Figure Skating’s Trail of Broken Dreams

I Tonya movie still, broken skate
I, Tonya
courtesy of Entertainment Weekly

The Olympics start in nine days, but this is not–strictly speaking–a post about the Olympics. This is a reflection prompted by seeing the movie, I Tonya, which cleverly insinuated itself into movie screens early enough to put itself in Oscar contention for 2017 but late enough to be seen right before the start of the Pyeongchang Games. The mockumentary-style film is worth seeing as a drama even if you’re not a skate fan. It also reveals the quirks in skate judging that result in odd results, perhaps to Harding, but to so many more that Olympic skate results are practically a conveyor belt of unfair outcomes.

Bashing Someone’s Hopes

Margot Robbie is terrific as Tonya Harding*, the powerful but feisty skater who won the U.S. Nationals but wanted more. Her manipulative and abusive husband launched a plot to scare her competition and his cretinous cohorts improvised with a crowbar to Nancy Kerrigan’s knee. Harding became a national joke and an international disgrace. I thought the film clearly showed Harding’s culpability in covering up the plot after the fact, lying to the FBI, and suing to keep her Olympic spot.

But afterward I heard some say that they thought the movie showed Harding was robbed, that she should have won a medal, shouldn’t have been pilloried by the press, and deserved more. Harding’s interview with the New York Times this month suggests she still thinks she was mistreated. The film–assuming its accuracy–does make one thing clear: when you are abused by your loved ones, as Harding was by her mother and husband, you come to feel that the world is against you and that you bear no responsibility for whatever happens. Continue reading “Figure Skating’s Trail of Broken Dreams”

‘Splaining Sports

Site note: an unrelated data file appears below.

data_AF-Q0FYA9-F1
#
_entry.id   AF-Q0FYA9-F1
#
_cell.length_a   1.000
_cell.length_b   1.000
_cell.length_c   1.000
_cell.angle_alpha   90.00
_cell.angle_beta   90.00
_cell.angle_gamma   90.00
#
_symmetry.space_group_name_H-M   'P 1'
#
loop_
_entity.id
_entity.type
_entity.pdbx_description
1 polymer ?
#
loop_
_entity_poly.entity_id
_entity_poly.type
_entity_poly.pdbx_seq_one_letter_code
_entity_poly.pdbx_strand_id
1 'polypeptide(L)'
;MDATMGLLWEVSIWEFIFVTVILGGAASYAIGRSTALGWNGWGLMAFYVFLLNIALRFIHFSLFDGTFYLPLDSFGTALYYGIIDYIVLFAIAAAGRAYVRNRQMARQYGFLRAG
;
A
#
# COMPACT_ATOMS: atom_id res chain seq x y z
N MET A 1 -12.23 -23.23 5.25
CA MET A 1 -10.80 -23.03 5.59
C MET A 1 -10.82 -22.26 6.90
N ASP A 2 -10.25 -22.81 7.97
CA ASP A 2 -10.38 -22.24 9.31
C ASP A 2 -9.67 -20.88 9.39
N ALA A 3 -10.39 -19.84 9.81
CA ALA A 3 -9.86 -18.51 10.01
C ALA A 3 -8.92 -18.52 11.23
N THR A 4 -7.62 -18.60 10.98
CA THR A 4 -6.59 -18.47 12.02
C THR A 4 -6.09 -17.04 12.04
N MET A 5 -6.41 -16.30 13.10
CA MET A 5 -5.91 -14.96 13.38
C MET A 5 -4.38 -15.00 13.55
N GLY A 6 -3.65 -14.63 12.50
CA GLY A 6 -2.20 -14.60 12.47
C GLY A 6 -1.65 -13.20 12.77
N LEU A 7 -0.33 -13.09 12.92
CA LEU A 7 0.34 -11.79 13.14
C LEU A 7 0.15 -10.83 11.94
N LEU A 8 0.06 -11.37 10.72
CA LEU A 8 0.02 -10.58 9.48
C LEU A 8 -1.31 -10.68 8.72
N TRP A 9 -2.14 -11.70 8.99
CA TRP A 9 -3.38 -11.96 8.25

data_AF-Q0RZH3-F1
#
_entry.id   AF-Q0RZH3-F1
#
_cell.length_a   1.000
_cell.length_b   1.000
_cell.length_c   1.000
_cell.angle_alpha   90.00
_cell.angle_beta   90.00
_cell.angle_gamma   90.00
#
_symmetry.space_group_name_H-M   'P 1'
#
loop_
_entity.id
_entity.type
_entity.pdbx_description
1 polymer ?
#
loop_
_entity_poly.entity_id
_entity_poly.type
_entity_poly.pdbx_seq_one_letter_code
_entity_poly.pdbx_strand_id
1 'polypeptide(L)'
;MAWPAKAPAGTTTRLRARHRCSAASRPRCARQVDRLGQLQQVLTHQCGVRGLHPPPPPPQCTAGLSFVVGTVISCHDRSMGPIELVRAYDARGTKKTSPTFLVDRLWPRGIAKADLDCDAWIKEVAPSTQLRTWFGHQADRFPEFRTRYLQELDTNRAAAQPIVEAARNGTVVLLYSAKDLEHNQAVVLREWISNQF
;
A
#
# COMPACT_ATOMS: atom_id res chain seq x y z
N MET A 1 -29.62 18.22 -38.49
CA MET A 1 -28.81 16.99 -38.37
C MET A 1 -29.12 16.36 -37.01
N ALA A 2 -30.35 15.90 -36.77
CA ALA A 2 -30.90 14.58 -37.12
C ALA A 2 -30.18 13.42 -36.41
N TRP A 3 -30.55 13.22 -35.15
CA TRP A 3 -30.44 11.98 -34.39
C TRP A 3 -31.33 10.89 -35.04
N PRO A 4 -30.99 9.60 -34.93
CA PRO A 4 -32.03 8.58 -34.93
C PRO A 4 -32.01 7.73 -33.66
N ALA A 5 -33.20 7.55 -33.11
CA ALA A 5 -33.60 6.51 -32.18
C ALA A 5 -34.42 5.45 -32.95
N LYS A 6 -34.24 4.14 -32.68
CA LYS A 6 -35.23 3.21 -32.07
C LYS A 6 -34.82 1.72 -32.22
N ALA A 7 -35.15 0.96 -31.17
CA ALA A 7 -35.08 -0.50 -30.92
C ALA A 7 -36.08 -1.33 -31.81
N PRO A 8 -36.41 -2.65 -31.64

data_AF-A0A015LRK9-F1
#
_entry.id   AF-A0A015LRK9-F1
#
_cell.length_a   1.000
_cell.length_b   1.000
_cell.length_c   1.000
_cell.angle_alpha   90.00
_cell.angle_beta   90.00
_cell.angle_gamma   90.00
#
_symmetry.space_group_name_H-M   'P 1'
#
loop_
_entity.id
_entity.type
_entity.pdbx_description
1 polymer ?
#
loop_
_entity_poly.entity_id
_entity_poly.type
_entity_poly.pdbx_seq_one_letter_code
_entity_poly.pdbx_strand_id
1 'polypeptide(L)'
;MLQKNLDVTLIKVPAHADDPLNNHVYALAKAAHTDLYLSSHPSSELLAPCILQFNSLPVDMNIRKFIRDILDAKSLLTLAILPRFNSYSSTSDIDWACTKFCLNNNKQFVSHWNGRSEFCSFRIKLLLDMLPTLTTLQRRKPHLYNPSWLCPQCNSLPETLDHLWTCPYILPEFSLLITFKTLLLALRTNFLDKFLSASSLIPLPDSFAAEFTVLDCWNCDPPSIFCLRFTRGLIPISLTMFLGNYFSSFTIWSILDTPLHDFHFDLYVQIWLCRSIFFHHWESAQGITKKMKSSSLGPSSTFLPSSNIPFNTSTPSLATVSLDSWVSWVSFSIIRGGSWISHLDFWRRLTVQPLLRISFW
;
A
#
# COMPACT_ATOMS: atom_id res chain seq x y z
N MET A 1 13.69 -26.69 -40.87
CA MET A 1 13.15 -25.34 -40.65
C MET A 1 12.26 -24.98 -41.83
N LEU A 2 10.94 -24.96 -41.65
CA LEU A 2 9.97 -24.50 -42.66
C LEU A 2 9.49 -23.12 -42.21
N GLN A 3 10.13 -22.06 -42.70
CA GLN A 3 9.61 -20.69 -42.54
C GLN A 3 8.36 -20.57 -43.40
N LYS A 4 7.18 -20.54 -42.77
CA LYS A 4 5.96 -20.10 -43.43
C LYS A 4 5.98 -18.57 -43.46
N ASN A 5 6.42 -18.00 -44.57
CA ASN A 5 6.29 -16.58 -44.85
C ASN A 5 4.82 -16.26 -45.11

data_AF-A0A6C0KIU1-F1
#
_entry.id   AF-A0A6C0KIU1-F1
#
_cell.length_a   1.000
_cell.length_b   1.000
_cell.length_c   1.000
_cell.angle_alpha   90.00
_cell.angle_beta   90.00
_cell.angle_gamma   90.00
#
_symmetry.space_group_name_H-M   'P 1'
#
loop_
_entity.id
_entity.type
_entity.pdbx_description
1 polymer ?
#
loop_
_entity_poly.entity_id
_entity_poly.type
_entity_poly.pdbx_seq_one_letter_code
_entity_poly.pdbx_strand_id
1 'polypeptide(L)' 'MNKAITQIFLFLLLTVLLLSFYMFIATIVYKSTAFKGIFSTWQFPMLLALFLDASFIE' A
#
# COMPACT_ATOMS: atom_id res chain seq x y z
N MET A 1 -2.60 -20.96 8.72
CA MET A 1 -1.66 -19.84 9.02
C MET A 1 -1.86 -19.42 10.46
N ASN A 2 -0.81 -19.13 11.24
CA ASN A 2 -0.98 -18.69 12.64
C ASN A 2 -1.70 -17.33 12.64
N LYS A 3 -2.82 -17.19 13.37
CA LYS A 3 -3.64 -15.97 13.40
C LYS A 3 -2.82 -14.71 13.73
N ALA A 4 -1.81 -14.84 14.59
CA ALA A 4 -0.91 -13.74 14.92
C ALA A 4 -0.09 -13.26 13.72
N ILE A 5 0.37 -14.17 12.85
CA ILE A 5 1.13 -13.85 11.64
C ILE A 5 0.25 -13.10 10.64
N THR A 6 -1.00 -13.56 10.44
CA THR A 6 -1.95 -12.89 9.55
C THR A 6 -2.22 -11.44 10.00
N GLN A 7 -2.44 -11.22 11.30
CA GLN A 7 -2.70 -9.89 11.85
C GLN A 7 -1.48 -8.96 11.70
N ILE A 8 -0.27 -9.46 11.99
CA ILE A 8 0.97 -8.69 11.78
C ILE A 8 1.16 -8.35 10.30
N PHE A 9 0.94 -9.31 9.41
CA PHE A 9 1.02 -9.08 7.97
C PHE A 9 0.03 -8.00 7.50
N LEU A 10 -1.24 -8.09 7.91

It’s the first week of April, and, if you’re a fan, you know that means it has been 155 days since the end of the World Series. I was going to entitle this “The Crack of the Bat” and talk about how the smell of freshly mowed lawns and hot dogs reminds one of baseball. About how doing yardwork is better while listening to an afternoon game on the radio. About MY team’s savvy trades in the offseason, or how my favorite player’s scooter had once again been stolen (#HunterGate2). But it does occur to me that not everyone likes baseball, which puts me in a quandary. Perhaps I need to explain baseball. But suppose you don’t like sports it all? It might be necessary to explain Why Sport? in the first place.

Sports premise number one. You are more likely to enjoy a sport if your local team wins, if your local team won when you were a child, if your college had winning sports teams, or if you or a family member played. If you are unlucky enough that there’s never been a good local sports team near where you live, and your parents/college didn’t follow sports, and you never played any, then it is possible — just possible — you are not fond of sport, any sport. The libraries and museums are just waiting to receive you. Note also an important corollary: If you love a sport, it does not follow that your spouse will love it. Spouses can often find better ways to use their time. Continue reading “‘Splaining Sports”

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